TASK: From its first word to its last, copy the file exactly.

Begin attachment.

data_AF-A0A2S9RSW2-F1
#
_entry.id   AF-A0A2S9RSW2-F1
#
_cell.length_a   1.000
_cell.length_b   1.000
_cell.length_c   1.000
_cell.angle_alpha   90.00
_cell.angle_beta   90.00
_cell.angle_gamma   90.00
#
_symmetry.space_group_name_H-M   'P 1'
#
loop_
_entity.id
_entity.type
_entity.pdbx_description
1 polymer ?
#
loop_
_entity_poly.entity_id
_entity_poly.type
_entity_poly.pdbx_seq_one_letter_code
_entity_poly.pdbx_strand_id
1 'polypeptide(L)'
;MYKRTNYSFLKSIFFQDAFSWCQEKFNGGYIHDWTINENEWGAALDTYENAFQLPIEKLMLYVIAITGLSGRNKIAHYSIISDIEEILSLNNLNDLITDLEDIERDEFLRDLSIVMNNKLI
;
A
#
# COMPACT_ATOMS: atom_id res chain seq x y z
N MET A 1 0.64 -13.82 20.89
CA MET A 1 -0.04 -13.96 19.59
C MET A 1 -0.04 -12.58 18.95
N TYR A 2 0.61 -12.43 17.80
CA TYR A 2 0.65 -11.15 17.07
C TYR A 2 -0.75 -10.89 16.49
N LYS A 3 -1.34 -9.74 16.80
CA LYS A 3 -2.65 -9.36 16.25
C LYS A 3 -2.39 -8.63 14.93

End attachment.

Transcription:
data_AF-A0A2S9RSW2-F1
#
_entry.id   AF-A0A2S9RSW2-F1
#
_cell.length_a   1.000
_cell.length_b   1.000
_cell.length_c   1.000
_cell.angle_alpha   90.00
_cell.angle_beta   90.00
_cell.angle_gamma   90.00
#
_symmetry.space_group_name_H-M   'P 1'
#
loop_
_entity.id
_entity.type
_entity.pdbx_description
1 polymer ?
#
loop_
_entity_poly.entity_id
_entity_poly.type
_entity_poly.pdbx_seq_one_letter_code
_entity_poly.pdbx_strand_id
1 'polypeptide(L)'
;MYKRTNYSFLKSIFFQDAFSWCQEKFNGGYIHDWTINENEWGAALDTYENAFQLPIEKLMLYVIAITGLSGRNKIAHYSIISDIEEILSLNNLNDLITDLEDIERDEFLRDLSIVMNNKLI
;
A
#
# COMPACT_ATOMS: atom_id res chain seq x y z
N MET A 1 0.64 -13.82 20.89
CA MET A 1 -0.04 -13.96 19.59
C MET A 1 -0.04 -12.58 18.95
N TYR A 2 0.61 -12.43 17.80
CA TYR A 2 0.65 -11.15 17.07
C TYR A 2 -0.75 -10.89 16.49
N LYS A 3 -1.34 -9.74 16.80
CA LYS A 3 -2.65 -9.36 16.25
C LYS A 3 -2.39 -8.63 14.93